Barriers on the supply side
Health workforce shortage is observed in rural area or primary care which makes health services unavailable to people living in rural area or of low SES. Furthermore, some government doctors might engage in private practice and reduce the already limited manpower. Efficiency and effectiveness of services will be affected by the lack of coordination and communications between primary and secondary care.
For developing countries, there will be lop-sided priorities; for example, AIDS programs are supported by foreign funding but no attention is paid on safe water supply, immunization and sanitation in Pakistan.
Poorer people/ minorities/ communities with low political equity have little effect on politically driven health policy. Furthermore, there might be a lack of political will, money, and/or knowledge in tackling the problem. Other barriers include the prevalence of corruption feeling that the problem is too big/ difficult even to get started.
Barriers on Demand side
The SES status of patients could affect their utilisation of health services. For those who have no jobs or on low wage, they could not afford health care; for those who have low education, they would have low health literacy. Poverty could have impact on psychology which resulted in low worthiness and expectations. Cultural Norms could also affect people value, perceptions and trust on health services utilisation.
Income gap narrowing and strong democracy over a consistent period can facilitate the health equity agenda. Also policymakers should talk “truth to power”, which they should use medical data by UK lobby groups to support provisions of housing, education, social services and employment, and engage the community. Resources should be focused at departmental level. QUIDS measurements assessed on GP practice IT systems monthly.
General Practitioners could provide patient advocacy locally through media. Health professionals could also empower patients through patient participation groups. Culture of responsibility for health inequities should be borne by the community but not rested on individuals.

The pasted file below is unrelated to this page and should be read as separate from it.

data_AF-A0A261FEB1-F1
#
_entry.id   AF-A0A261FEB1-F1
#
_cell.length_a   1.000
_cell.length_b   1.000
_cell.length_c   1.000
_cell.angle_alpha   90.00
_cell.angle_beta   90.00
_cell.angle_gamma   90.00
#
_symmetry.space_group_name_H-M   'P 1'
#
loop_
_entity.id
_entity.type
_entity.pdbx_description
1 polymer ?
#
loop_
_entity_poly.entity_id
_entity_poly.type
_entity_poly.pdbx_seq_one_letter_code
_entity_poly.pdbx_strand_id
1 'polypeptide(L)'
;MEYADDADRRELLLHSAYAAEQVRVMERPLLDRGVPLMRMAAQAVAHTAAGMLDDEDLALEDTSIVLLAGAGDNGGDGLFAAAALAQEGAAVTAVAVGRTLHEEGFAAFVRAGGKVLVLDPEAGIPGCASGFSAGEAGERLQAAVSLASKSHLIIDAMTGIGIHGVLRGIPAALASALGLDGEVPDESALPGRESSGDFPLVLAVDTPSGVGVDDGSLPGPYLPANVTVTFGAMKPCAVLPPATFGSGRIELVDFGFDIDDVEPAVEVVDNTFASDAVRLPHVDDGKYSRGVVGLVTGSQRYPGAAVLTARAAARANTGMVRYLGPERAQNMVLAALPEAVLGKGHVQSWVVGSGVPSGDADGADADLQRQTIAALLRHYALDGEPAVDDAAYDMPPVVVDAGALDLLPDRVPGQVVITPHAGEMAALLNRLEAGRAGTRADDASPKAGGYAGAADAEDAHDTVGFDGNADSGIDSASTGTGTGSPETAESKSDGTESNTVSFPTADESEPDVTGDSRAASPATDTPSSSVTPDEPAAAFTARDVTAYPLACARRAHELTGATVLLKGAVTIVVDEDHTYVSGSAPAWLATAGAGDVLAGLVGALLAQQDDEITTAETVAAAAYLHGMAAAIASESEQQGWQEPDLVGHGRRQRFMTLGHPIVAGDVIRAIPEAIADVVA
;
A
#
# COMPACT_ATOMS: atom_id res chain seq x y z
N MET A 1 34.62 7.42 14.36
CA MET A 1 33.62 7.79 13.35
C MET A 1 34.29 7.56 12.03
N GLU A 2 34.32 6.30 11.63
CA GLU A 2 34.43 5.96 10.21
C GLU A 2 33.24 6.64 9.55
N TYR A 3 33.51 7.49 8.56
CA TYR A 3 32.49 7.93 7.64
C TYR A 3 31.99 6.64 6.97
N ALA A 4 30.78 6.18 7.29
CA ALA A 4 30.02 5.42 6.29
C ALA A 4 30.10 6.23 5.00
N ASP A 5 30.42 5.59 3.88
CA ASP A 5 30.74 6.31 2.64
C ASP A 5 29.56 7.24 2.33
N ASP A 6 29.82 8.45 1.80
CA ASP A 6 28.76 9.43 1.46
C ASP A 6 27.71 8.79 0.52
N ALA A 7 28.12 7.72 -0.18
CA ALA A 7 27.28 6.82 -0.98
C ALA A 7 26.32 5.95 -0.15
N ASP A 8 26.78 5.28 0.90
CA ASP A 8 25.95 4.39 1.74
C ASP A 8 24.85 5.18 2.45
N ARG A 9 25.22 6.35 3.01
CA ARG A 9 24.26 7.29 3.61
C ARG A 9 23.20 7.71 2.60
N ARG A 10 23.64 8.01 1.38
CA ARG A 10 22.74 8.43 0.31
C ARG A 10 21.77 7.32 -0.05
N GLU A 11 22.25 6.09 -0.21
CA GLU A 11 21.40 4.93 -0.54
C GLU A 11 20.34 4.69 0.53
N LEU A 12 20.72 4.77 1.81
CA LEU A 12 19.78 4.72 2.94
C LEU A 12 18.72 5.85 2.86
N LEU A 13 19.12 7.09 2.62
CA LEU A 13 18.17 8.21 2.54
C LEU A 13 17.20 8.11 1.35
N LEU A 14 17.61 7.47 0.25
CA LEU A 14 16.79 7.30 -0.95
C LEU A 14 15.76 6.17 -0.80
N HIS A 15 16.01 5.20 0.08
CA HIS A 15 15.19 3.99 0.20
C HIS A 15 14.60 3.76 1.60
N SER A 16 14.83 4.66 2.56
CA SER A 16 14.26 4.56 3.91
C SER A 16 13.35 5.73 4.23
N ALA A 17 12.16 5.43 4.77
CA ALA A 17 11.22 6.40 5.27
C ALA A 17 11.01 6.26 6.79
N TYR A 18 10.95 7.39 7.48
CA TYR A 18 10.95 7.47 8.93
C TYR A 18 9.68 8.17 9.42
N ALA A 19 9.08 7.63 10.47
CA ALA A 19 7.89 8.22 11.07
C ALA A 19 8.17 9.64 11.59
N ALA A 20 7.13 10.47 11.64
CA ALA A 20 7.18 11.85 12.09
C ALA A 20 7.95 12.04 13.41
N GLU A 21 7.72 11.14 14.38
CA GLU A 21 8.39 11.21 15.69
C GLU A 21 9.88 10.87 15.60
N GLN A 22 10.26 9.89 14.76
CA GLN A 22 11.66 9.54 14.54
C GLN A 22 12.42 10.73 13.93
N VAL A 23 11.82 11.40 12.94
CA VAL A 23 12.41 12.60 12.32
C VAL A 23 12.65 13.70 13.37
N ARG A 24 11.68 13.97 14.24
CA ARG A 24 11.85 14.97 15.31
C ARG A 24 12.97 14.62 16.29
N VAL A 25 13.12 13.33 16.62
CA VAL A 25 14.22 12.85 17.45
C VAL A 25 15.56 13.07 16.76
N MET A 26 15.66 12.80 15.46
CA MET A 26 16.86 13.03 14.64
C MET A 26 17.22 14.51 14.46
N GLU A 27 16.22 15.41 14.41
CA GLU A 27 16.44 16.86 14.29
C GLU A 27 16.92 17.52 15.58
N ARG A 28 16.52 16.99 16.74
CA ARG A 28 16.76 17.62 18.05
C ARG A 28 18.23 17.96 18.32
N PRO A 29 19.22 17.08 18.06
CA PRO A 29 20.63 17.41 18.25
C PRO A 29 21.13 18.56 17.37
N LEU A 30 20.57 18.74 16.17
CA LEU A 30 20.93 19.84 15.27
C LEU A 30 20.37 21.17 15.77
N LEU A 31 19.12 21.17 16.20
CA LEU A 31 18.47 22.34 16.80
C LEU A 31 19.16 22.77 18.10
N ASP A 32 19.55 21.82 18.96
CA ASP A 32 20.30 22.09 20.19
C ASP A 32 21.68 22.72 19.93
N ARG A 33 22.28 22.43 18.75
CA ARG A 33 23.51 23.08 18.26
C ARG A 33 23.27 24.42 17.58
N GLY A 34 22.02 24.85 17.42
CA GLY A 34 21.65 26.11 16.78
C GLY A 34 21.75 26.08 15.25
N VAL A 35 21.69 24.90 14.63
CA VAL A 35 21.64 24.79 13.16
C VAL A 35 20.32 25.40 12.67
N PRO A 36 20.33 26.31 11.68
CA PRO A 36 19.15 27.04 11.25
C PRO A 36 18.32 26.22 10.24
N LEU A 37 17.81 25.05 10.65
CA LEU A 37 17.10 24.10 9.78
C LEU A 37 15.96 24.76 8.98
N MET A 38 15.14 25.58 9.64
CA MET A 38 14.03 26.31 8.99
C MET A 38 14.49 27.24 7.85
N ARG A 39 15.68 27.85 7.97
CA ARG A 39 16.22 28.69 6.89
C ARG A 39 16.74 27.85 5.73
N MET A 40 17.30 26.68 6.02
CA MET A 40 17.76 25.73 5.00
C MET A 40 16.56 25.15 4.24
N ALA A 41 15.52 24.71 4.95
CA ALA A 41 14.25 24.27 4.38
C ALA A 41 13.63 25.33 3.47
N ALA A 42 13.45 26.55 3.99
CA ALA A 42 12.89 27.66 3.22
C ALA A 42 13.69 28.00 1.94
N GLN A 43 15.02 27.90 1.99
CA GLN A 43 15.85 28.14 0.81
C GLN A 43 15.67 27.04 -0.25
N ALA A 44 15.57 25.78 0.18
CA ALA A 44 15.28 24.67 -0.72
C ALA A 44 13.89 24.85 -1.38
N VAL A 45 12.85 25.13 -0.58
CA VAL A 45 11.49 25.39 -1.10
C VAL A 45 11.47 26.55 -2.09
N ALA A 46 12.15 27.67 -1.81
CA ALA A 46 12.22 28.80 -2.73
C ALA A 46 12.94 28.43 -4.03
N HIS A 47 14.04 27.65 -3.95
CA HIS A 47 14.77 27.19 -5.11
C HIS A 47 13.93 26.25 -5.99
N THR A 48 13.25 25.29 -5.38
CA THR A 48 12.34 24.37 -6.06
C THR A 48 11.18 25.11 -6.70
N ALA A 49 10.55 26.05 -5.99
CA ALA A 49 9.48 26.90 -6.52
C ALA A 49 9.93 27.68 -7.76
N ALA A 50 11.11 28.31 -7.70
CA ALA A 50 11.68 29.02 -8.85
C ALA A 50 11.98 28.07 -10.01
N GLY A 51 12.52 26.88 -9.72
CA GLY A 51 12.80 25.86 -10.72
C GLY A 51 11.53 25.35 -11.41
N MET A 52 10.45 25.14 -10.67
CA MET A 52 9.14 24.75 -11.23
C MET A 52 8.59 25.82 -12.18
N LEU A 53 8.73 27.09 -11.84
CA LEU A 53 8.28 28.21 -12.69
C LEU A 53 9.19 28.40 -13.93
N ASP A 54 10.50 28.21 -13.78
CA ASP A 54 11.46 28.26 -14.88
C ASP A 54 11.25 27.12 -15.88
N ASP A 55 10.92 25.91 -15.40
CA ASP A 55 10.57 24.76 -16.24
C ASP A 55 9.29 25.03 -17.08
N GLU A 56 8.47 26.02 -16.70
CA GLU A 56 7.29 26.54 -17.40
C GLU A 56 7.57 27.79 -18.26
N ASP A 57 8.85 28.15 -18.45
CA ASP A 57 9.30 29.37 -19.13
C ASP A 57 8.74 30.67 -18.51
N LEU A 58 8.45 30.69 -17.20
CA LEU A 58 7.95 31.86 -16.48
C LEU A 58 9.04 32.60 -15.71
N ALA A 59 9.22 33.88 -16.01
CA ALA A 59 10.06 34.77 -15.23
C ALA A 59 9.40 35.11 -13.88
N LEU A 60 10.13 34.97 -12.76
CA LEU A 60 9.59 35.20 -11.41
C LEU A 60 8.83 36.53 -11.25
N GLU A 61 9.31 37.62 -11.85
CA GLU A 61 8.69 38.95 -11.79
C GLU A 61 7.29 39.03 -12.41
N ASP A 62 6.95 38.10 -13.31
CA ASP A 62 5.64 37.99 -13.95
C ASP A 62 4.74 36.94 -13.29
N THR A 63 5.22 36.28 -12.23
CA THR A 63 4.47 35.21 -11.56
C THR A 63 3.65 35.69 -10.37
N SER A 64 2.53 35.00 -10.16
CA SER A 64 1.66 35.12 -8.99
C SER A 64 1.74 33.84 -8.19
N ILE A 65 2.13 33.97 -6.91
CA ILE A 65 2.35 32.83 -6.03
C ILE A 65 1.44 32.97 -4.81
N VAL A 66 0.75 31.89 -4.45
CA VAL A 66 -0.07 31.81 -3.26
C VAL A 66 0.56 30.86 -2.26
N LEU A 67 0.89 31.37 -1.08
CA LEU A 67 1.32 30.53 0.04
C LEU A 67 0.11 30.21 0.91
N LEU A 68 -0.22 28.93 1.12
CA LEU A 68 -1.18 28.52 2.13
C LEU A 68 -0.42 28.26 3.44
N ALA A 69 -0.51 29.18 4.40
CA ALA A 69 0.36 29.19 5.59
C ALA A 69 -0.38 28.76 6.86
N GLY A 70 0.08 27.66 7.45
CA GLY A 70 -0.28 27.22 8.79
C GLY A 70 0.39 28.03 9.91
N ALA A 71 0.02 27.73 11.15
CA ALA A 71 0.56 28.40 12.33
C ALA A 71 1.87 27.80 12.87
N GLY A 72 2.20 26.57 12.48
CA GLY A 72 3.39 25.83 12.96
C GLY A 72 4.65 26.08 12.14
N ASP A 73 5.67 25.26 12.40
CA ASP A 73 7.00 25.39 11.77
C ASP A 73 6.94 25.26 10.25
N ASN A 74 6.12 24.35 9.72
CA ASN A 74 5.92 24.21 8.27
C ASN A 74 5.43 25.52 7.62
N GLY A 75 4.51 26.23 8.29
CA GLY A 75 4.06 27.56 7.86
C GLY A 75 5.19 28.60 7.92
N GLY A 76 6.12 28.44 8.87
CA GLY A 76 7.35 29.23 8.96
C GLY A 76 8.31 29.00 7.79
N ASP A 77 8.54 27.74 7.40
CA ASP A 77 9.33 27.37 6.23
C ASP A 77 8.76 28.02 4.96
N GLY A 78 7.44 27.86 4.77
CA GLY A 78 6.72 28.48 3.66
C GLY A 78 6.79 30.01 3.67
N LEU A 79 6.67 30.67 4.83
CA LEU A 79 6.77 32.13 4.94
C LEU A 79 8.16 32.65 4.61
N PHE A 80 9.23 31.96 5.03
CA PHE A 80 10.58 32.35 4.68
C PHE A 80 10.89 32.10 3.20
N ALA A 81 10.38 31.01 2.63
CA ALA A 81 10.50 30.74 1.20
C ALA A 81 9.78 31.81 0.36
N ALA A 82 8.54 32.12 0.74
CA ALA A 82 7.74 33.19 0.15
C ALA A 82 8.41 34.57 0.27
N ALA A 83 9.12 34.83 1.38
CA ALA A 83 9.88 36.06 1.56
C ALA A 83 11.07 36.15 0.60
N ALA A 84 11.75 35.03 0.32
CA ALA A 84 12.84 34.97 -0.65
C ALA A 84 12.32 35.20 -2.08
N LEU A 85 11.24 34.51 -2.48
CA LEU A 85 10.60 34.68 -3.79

Telemedicine for remote areas could be provided to rural area where there is a lack of doctors. Free and comprehensive primary health care could be provided to people in need.
Training on health equity must be provided to the health professionals.
3. How can we as primary are team overcome these barriers with one specific attention to be given to: 1. Health access; 2. Vulnerable groups; and 3. Education and training of health professionals?
Primary health care should be accessible through family doctors (one doctor for sizable population) like the NHS model.
Practice meetings should be conducted to identify local issues/ problems and it should involve policymakers, general practitioners and nurses. Being aware of what is available locally and getting ideas from other countries may be useful.
Education for patients and public
Signposting for how to navigate healthcare system should be provided to the public and the patients. Community awareness should be promoted in settings that reach out to different groups, such as mosque. Training should be provided to the leaders of vulnerable groups.
Women, minorities, children and people with low social standing should be attended to more comprehensive training of health professionals.
For migrants, ethnic minorities or indigenous groups, signs in different languages should be installed and education about cultural awareness should be provided to staff including general practitioners, or nurses.
Education and training of health professionals
Training in inequity should be provided to medical students as well as general practitioners to improve health equity through primary care. Medical students and doctors should be trained to conduct face-to-face discussions with patients in services to increase understanding. There should be increased exposure with general practitioners for medical students.
More general practitioners should be trained to ensure there are service providers in rural areas.
Dr William Wong